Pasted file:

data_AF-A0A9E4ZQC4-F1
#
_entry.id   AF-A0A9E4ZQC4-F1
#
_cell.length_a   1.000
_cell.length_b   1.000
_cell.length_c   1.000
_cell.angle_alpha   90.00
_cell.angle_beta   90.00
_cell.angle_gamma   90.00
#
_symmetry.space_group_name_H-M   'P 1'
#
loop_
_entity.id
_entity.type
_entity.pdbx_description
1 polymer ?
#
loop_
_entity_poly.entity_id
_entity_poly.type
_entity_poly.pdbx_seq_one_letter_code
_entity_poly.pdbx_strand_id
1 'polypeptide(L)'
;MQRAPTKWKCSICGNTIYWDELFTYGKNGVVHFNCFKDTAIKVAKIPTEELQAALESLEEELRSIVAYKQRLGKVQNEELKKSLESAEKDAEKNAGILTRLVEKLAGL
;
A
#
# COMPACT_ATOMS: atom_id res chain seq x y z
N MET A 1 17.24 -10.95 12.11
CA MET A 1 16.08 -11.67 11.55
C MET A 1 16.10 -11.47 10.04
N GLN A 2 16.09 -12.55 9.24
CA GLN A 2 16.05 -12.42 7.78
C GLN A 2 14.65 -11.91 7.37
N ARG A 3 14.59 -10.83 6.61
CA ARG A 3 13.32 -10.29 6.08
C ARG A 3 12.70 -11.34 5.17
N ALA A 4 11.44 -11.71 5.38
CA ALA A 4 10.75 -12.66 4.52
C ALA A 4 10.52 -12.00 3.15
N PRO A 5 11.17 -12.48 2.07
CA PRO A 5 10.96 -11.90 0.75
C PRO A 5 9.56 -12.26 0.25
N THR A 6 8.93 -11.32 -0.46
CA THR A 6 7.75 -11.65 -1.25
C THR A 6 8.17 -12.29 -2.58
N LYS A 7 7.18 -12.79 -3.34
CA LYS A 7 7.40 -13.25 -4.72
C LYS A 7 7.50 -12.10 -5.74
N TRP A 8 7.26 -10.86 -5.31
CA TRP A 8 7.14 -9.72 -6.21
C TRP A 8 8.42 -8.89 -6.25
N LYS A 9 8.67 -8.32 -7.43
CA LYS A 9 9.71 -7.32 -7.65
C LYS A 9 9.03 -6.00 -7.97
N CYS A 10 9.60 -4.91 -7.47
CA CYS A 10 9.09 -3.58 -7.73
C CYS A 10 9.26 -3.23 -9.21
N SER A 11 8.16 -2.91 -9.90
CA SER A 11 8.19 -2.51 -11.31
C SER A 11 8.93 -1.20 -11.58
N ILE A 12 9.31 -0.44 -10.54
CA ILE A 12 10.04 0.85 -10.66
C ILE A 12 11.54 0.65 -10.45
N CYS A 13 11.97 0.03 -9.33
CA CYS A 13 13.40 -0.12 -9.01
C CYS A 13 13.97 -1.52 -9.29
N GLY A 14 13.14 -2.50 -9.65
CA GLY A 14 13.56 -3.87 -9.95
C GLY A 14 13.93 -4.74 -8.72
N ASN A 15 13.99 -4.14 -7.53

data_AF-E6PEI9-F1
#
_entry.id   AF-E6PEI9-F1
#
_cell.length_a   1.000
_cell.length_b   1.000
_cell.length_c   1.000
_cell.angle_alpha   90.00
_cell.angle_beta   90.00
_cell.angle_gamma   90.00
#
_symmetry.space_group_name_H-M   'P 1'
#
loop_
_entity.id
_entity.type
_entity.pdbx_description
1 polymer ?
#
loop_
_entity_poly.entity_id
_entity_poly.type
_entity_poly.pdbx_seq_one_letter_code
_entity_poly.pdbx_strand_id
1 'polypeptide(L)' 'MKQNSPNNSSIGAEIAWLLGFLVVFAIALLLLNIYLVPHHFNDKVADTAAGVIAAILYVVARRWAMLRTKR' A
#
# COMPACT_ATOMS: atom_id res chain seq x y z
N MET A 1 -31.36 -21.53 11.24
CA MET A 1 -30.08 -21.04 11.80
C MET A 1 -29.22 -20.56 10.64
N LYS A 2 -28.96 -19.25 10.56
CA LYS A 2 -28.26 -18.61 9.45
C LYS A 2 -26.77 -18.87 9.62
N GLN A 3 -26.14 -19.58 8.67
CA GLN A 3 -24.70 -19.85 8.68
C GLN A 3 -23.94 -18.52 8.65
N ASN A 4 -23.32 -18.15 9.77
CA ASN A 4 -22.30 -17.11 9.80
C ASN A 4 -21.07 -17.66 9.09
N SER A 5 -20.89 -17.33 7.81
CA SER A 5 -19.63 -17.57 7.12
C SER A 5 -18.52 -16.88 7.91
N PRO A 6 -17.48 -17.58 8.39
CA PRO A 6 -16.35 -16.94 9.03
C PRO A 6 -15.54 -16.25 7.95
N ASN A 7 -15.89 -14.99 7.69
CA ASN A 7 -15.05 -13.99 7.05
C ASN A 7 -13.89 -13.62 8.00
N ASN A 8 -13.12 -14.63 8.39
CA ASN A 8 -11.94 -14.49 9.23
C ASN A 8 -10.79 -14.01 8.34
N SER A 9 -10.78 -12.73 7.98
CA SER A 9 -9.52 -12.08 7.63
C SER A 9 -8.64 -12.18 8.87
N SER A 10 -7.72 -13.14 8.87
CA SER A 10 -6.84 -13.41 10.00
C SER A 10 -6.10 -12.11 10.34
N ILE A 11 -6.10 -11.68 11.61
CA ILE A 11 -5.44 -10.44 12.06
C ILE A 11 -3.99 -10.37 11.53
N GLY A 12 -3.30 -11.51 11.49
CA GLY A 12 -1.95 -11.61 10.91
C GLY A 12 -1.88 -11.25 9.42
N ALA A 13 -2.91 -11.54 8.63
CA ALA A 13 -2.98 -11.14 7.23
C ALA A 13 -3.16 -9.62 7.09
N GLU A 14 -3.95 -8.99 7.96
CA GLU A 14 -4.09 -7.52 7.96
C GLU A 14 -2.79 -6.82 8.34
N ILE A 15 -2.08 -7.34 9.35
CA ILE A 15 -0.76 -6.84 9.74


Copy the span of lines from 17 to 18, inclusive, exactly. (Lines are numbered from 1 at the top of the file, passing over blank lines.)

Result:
_entity.pdbx_description
1 polymer ?